Even a guy burned by one failed Internet start-up can't resist the idea that this latest technology—like Linotype, TV, and cable before it—could remake the news. So here goes Newser.com, the author's attempt to rescue a common narrative of public life.
by Michael Wolff - Vanity Fair - October 2007
In every newsperson, not just Rupert Murdoch, there's the dream of owning a newspaper—my paper. This retro dream is why, for the past six months, every Wednesday morning, I've been on a conference call about the subject of software design and digital engineering as it relates to the news. Although the discussion is specifically about how to make the news exciting (come on, guys, if it bleeds it ledes), it is often as tedious an hour as any I remember from high-school math. I've been able, however, using the mute button, to shower during these calls.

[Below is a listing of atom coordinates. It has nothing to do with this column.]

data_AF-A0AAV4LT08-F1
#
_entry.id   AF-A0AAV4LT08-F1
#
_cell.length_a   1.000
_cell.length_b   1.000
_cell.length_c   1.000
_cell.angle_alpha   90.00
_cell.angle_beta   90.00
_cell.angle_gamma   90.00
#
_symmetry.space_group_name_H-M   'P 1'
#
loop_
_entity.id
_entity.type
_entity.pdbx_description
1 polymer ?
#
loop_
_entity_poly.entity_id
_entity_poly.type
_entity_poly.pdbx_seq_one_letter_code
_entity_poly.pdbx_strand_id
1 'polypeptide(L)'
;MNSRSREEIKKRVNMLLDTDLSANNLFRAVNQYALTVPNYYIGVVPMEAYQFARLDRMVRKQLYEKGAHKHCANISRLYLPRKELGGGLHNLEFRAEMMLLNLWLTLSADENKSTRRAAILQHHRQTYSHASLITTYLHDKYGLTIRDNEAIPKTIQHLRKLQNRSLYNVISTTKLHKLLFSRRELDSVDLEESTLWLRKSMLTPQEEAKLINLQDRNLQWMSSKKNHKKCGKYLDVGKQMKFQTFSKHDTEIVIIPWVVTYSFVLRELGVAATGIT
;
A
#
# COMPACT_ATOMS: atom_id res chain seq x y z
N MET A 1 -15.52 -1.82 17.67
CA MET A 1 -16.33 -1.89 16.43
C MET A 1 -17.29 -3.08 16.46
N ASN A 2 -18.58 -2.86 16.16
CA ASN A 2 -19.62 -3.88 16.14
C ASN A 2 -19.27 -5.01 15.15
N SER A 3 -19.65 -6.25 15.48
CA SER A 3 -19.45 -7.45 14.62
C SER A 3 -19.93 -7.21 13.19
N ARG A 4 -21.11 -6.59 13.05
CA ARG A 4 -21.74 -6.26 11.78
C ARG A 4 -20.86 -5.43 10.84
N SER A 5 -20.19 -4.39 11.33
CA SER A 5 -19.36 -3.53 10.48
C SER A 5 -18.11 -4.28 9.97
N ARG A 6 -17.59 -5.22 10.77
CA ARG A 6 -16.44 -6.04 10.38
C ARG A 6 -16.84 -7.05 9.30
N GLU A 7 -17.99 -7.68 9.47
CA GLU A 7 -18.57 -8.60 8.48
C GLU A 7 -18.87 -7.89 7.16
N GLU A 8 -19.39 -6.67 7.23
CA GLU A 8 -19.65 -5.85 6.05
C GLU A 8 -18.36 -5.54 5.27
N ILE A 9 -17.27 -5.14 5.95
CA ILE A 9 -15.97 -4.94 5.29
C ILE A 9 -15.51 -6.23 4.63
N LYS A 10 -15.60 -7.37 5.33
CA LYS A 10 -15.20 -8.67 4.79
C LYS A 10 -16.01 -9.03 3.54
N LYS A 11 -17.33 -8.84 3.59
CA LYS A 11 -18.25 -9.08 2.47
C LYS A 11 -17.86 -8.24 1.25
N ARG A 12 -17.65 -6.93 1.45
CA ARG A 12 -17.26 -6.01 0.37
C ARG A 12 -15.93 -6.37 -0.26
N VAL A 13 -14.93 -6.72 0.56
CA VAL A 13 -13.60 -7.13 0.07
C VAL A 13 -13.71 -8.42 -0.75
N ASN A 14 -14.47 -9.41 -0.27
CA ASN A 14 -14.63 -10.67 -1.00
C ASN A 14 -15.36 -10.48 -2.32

The call gathers its participants from Chicago, Boston, Silicon Valley, and New York. On the one side are the newspeople—including, along with me, former New York–magazine editor Caroline Miller, former managing editor of the St. Paul Pioneer Press Ken Doctor, and various writers and reporters I've dragooned—and on the other side, the software engineers and their marketing counterparts from a technology company called Highbeam Research, which owns one of the largest news databases in the world (50 million articles). Highbeam has kindly agreed to put up the seed money to let us start our news … what? Not paper, not show, not screen, not portal (nobody says that anymore)—a news something in digital form. More...